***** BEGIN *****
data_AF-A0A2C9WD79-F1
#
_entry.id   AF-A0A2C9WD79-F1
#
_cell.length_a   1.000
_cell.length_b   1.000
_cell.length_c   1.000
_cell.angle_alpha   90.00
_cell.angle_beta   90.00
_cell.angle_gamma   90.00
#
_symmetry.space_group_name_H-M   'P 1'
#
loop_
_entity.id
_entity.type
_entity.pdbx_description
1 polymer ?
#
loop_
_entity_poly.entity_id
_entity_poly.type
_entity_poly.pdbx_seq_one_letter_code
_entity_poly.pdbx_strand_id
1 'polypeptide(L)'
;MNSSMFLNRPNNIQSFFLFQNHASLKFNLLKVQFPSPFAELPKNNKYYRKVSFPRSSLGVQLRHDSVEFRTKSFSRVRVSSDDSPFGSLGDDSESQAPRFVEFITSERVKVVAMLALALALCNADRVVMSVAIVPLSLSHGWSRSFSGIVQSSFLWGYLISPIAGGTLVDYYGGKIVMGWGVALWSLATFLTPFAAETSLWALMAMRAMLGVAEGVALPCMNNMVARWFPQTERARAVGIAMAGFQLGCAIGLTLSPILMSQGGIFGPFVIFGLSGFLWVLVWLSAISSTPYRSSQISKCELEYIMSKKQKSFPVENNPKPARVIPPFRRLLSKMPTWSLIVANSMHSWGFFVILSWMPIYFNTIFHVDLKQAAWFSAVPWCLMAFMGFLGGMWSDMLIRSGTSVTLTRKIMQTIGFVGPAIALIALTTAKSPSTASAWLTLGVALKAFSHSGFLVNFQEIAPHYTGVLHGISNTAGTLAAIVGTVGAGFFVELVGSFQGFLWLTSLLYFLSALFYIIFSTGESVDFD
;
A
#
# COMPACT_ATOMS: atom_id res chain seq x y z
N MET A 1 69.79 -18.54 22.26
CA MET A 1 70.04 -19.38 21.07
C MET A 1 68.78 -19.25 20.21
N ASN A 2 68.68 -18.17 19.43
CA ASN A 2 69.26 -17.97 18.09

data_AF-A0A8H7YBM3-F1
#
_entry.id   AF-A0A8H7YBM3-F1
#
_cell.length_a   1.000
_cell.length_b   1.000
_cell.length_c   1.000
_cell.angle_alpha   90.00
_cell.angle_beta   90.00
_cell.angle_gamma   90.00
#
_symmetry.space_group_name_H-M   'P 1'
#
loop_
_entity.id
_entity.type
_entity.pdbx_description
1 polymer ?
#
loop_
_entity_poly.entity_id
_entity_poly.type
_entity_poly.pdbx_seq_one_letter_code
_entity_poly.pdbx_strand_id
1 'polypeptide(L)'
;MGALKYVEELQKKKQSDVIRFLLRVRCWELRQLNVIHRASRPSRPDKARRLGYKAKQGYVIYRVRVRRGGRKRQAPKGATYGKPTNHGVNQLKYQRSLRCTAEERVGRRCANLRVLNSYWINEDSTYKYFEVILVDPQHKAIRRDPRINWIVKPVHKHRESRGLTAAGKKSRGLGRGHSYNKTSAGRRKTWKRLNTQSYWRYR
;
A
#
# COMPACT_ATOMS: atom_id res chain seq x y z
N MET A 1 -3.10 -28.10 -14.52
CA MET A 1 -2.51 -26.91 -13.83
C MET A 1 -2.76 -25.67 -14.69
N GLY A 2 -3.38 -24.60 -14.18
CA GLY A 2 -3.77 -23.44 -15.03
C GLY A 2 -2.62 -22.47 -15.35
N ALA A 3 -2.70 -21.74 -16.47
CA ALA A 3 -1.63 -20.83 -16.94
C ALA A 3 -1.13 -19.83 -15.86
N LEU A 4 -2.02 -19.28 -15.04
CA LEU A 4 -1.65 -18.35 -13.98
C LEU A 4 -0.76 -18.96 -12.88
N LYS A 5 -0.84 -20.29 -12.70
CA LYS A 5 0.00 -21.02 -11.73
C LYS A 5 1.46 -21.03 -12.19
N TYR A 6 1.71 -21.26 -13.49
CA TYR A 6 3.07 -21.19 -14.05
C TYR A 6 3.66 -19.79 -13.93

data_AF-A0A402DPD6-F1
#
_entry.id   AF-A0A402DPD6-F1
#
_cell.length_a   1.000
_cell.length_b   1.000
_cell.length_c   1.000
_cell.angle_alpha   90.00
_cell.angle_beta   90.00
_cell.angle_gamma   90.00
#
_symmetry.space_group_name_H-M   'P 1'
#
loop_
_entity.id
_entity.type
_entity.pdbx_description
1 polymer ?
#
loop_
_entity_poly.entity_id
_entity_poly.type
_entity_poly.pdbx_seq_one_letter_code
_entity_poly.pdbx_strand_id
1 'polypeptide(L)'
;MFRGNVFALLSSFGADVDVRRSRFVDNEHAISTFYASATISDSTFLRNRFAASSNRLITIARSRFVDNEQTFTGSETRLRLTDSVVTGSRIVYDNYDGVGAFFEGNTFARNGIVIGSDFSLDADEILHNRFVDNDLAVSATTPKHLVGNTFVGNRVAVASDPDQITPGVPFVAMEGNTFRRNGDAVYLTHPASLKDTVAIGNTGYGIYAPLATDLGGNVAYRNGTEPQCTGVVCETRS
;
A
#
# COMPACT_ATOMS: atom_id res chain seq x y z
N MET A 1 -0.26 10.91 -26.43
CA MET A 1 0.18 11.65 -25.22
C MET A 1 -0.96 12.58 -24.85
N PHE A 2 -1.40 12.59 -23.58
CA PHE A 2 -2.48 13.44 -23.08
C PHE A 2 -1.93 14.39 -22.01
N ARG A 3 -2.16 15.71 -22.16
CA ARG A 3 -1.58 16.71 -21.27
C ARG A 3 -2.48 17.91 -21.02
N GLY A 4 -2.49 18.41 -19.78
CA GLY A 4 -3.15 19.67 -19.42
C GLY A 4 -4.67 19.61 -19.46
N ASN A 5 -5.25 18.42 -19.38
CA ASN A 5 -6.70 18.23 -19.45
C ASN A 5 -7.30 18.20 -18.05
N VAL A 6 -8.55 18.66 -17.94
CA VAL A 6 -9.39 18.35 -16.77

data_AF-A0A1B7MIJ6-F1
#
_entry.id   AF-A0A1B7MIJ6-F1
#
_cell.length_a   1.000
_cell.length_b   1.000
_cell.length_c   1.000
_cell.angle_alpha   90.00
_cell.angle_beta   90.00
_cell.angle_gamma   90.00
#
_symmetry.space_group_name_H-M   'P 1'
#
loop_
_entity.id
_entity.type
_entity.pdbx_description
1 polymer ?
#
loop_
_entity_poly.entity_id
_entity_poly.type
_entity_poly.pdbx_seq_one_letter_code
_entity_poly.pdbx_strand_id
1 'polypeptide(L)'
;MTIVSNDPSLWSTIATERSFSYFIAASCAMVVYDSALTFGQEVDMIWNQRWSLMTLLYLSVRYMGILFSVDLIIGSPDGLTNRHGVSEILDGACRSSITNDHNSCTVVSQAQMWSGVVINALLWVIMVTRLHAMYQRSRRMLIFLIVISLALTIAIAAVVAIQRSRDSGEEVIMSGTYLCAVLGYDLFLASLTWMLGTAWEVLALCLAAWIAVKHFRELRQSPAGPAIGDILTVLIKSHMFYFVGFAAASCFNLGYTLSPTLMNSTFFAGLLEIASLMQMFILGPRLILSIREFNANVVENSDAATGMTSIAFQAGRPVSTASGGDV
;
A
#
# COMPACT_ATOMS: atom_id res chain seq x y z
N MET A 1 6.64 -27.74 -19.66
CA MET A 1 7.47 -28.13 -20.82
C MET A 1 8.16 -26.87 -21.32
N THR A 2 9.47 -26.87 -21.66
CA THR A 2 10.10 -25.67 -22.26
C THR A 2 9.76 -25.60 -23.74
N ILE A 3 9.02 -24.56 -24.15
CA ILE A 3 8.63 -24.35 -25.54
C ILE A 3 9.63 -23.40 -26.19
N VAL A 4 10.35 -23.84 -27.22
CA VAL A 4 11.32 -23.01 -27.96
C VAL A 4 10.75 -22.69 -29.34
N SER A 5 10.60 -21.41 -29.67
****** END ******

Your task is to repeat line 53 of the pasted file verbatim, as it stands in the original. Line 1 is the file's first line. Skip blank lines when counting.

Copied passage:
1 polymer ?